After the Moment by Garret Freymann-Weyr.
Uglies by Scott Westerfield
I was looking for a love story with some reality to it. I wanted to read a YA love story that didn’t end with the perfect couple, after a few fights, lasting forever in their fairy tale. So I checked some reviews and settled on After the Moment. Here are some of the reasons why:
“The author’s feel for character and voice has never been better.”
“Leigh narrates with deep intelligence and heightened feeling.”
“The story focuses on the teens’ emotionally wrenching senior year, which begins in love before a possible date rape sets off escalating tragedy.”
Now I’ve been reading. And this got me to thinking. Because:
100 pages into the book, as the reader, I’ve met Maia, the girl half of this couple in love, long enough to see her eat a piece of cake and bring a suitcase full of sheets and books to a grieving girl. And here’s what I know:
It doesn’t matter that every professional reviewer raved about this book or that the first two pages of prologue are a real hook and that eventually I will get to the heart of the story (but God only knows when). I am never going to get a non-reader hooked on this book. The pace is way off. It has gone on so long about neighbors and their brothers, about what color the protagonist will paint his second bedroom and . . . If I recommend this book to any student who isn’t already a constant reader, I’m doomed. S/he won’t read the book past the first ten pages. And worse, that student will never trust my recommendation again.
That’s why I need to read all these books before I chat them up in the library.
Which got me to thinking some more.
What is one of the best books out there can make a non-reader read? One that has good writing, a great (even important) idea behind the story, but also has a rapid-fire plot line and lots of adventure? Yes, of course, The Hunger Games. But that trilogy is still wildly popular right now, so I don’t need to convince you to read it. Instead, let me move backward a few years because you might have been too young to read this trilogy when it came out: Uglies by Scott Westerfield.
Uglies is one of the best, fastest moving, constant action, suspense-filled YA books I’ve ever read. In the future world of Uglies, all people have an operation at age sixteen to make them ‘pretty’—that is, they all are changed to be perfect, or what is deemed perfect by society. Big-eyed and full-lipped, they appear childlike for the rest of their lives. And for some reason, their intellect remains rather childish, too. (Sinister plot elements ahead!)
While Tally is awaiting her operation so that she can leave Uglyville and join her best guy friend, Paris, over in Pretty Town, she meets a girl, Shay, who has the same birthday as Tally and therefore, should be made pretty on the same day. But Shay doesn’t want to be like everyone else, and her escape propels Tally in a direction she never would have thought possible. Tally has some exciting escapes even before she decides to fight the system, but once she does, danger is around every corner.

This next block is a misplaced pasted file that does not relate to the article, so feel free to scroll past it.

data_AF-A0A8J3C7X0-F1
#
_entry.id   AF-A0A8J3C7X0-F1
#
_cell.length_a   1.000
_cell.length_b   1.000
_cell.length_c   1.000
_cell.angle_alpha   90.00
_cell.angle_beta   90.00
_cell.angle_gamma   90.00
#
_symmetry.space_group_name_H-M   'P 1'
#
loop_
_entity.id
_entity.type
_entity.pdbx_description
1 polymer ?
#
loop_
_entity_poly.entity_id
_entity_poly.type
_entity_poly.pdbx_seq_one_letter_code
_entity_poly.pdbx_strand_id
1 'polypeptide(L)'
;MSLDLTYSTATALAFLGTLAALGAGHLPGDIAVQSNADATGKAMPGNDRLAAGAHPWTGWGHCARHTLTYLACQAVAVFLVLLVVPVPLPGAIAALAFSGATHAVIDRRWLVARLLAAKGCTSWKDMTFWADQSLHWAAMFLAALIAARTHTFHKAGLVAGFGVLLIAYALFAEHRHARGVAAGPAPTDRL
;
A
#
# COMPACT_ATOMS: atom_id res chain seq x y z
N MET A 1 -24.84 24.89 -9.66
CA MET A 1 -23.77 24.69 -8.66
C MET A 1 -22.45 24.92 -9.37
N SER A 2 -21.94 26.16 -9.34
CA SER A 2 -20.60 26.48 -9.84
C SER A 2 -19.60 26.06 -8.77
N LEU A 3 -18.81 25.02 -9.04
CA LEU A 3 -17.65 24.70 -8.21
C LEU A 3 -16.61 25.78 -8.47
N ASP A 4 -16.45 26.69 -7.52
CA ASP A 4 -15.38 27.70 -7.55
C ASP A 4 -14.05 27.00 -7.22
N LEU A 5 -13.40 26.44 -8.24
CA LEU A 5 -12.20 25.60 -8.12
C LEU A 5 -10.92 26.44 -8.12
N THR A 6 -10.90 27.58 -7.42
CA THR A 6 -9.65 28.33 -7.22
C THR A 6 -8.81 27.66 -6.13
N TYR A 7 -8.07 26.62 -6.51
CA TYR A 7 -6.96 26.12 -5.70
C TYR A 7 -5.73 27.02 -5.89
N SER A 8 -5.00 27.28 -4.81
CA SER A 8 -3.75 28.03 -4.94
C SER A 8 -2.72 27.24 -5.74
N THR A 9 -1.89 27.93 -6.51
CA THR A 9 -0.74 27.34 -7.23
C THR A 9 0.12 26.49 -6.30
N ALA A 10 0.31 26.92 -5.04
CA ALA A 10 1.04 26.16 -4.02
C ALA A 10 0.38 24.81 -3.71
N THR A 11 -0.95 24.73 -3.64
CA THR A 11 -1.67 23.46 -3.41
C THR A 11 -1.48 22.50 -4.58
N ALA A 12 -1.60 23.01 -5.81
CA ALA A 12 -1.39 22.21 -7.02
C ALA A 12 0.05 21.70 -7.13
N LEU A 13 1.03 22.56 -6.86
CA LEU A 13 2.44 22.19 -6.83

A bonus in this novel is that Tally’s method of transportation and escape is often bungee jumping—or even more often, hover boarding. Hover boarding is like skating, surfing or snowboarding. Tally has to be balanced as she quickly evades her pursuers. But she’s not on the water or the snow. She’s flying through the air, and a wrong move can mean death. If you skate, surf or snowboard, you’re going to be able to relate to Tally and Shay immediately.
So, I can recommend books like After the Moment to students I know well enough. We can talk about Leigh’s feeling about the Iraq War and how they relate to the more personal violence that becomes a part of his life; about how he is trying so hard to be a good guy, and how that doesn’t always work. But if you’re just trying to find that first book that will hook you into reading, I’m going for Uglies. And when you finish it, you can go on with Pretties, Specials, and Extras. And then you can move onto other series by the same author. And then books by other authors with similar themes. And then books about other things.
i read uglies and enjoyed it because it shows what could possibly become of people and how far away the growth of technology can take us from the value we put on ethics and morals. I reccomend this book to both beginning and seasoned readers.